Growing Wildflowers in Your Lawn

3 min read

wildflowers in lawn

I love to see wildflowers growing side by side with a manicured lawn.  There’s something about the change in height, in texture, in colour and in movement that just fascinates me.

Here’s how to grow wildflowers in your lawn.

There are 4 possible ways of growing wildflowers in your lawn

  1. Stop mowing and see what wildflowers appear naturally
  2. Over-seed an area with wildflower seeds
  3. Introduce plug plants
  4. Replace some of the lawn with wildflower turf

This article looks at the pros and cons of each method in turn.

Stop mowing and see what wildflowers appear naturally

It’s surprising how many different plant species can creep into a lawn, especially when the owner is not a fan of chemical weedkillers.

If you’d like to see a bit more texture and colour in your lawn, it’s very easy just to designate a “no-mow” zone and see what happens.

Wildflowers don’t need or want much fertiliser, so stop feeding this part of the lawn.

Mother Nature hates a monoculture and over time you’ll see more and more plant species appear in your longer lawn. Come the autumn, you could plant some spring flowering bulbs in part of the lawn.

Even if you don’t get many flowers in the first year, long grass has a beautiful texture and brings movement to a garden. Wildlife too will be thankful. Meadow Brown butterflies depend on long grass for breeding grounds and there are a lot of creatures who will be grateful for the cool shade of the longer grass.

mown paths through wildflowers
At Felbrigge Hall near Cromer in Norfolk, formal lawns have been allowed to grow longer. Not only does this reduce maintenance costs, these areas were teeming with Meadow Brown butterflies when I visited in July. Sadly most of the wildflowers had finished blooming but the mown paths, the different textures and the colour and movement were stunning.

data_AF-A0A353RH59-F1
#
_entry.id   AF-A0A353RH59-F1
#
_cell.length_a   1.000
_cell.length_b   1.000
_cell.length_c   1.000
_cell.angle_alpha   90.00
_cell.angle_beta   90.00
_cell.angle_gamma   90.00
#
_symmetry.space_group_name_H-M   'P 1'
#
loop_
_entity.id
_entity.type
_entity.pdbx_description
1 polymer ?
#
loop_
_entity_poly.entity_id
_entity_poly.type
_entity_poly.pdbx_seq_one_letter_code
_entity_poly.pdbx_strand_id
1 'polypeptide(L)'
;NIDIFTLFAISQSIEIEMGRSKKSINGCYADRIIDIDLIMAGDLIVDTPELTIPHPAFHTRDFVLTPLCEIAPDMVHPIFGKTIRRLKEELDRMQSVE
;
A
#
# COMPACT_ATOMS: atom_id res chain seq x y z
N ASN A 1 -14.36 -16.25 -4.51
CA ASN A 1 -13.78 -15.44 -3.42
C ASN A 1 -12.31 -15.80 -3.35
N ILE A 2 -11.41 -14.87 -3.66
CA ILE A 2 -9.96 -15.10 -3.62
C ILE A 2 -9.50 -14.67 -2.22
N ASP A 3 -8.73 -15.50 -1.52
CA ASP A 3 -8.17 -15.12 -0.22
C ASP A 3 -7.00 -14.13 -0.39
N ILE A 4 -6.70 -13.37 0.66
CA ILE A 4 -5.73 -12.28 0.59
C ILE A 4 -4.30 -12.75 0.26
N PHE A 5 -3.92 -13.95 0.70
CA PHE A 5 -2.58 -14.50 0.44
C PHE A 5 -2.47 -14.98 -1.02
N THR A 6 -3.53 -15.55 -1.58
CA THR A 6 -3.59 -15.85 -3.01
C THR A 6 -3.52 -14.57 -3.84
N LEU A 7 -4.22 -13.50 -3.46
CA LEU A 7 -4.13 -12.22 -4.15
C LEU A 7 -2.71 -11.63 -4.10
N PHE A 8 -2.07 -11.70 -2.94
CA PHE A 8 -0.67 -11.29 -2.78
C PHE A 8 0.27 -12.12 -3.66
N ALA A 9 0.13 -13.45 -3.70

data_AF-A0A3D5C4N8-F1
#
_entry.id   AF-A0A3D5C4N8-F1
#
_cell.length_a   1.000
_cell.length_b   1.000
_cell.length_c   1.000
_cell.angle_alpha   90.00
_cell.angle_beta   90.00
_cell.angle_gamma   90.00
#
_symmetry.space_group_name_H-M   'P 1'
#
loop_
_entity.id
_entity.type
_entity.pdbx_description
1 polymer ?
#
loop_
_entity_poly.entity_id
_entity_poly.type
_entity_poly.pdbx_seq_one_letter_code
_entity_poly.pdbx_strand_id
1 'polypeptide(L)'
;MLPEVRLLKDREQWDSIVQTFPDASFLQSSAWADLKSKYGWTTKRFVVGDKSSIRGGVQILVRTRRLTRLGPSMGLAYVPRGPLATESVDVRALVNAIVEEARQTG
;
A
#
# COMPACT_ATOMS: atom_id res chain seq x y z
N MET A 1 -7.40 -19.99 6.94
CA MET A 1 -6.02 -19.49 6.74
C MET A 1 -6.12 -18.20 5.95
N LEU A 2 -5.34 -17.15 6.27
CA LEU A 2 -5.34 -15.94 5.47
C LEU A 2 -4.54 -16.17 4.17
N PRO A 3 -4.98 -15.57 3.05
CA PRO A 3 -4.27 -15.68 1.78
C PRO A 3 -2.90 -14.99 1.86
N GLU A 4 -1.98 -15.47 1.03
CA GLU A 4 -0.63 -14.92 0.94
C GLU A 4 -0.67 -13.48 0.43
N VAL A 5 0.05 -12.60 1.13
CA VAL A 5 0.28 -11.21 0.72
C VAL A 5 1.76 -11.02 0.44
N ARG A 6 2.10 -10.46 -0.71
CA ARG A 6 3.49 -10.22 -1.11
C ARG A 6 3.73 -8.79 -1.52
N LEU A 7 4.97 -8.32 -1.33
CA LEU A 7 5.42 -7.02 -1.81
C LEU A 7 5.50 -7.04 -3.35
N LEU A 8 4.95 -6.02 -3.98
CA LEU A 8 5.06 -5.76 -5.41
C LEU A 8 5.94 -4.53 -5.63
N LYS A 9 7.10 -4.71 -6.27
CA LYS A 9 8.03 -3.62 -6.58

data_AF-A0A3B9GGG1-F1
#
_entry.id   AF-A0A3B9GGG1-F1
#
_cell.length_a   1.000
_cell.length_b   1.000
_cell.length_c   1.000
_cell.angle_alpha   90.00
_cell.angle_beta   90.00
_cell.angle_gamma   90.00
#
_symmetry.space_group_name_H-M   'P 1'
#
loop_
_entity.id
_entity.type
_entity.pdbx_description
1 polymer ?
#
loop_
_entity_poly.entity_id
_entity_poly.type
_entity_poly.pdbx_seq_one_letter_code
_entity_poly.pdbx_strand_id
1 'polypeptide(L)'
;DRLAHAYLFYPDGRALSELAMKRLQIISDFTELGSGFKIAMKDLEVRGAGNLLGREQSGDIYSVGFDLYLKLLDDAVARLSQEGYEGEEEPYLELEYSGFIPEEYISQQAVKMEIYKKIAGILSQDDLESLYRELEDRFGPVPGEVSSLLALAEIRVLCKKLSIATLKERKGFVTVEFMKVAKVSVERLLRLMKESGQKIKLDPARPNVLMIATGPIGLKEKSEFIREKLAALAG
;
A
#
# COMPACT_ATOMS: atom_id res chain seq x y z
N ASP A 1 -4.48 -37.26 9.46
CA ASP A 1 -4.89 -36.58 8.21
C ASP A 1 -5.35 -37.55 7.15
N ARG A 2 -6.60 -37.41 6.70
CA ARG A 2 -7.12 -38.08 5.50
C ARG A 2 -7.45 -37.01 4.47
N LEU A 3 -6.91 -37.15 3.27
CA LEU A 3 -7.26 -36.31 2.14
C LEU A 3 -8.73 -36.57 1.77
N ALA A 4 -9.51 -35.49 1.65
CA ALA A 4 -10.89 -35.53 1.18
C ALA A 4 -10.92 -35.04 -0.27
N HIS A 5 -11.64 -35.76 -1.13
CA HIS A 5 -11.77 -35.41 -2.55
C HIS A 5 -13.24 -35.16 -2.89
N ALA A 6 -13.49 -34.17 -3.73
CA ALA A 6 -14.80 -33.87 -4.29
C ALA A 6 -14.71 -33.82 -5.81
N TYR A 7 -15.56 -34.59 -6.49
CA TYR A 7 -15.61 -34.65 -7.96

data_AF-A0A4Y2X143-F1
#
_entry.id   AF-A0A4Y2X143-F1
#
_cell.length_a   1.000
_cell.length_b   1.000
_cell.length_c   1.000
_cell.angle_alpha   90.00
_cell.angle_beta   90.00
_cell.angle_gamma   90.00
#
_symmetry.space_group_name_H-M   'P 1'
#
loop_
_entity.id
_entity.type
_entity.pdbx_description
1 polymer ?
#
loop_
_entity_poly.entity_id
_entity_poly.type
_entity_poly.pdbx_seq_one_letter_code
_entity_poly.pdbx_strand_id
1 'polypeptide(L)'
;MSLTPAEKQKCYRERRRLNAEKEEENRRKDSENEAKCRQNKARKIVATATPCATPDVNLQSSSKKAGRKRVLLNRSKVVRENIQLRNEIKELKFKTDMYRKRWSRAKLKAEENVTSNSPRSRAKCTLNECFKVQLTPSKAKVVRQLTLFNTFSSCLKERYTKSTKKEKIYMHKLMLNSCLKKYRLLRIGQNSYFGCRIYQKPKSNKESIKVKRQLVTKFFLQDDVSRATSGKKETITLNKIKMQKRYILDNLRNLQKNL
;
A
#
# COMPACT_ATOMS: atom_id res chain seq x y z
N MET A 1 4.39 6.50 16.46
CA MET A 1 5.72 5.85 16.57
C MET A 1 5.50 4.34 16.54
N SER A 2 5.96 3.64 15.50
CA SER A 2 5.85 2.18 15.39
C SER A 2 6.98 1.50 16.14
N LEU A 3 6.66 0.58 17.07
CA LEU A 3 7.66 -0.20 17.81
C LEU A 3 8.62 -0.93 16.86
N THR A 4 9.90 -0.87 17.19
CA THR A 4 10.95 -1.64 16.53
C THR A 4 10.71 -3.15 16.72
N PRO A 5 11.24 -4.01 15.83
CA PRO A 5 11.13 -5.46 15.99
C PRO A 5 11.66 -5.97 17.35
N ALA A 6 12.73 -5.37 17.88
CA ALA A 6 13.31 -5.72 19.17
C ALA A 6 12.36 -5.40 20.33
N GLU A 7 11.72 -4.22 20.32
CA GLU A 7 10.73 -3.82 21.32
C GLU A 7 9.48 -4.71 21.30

Over-seed an area with wildflower seeds

I do like annual wild flowers.  Cornflowers, poppies, corn marigolds and the like.  These flowers like to grow in disturbed soil.  Being annuals they will flower in their first summer, set seed and then die.

To grow annual wild flowers in your lawn, use a spade to lift an area of turf in spring time.  Dig over the area, rake it to a fine tilth and sprinkle wild flower seeds on top.   No need to cover the seed.  These beauties need light to stimulate germination.   Use a watering can with a rose to moisten the soil and then keep it damp until the baby plants are growing strongly.

Now all you have to do is wait for summer and an eruption of vibrant colour.   We’ve mentioned cornflowers and poppies.  Why not bring in some non-natives for extra interest?  Cosmos is a lovely flower for attracting butterflies.  Sunflowers are popular with seed-eating birds and you can get some low growing varieties if you don’t like giant plants.

Come the autumn, you can pull up the spent flowers and replace them with turf.  If you like playing with plants, pick off the seed-heads and store the seed in paper bags overwinter so you can repeat the exercise next year.

Introduce plug plants

Plug plants are relatively inexpensive. You can buy online and lots of them for your money. Use a bulb planter to remove small circles of turf and then pop a plug plant in the middle of each circle. Keep them watered until they establish.

Replace some of the lawn with wildflower turf

If you want a lot of wildflowers and you want them fast, wildflower turf is a brilliant solution. It’s easy to install and even easier to care for once it’s established. This video shows wildflower turf being installed into a garden.

This video shows Meadowmat Wildflower Turf being installed into a lawn.

What does a wildflower patch cost?

Alternative lawns – what could you grow instead of grass?

Order Meadowmat wildflower turf online

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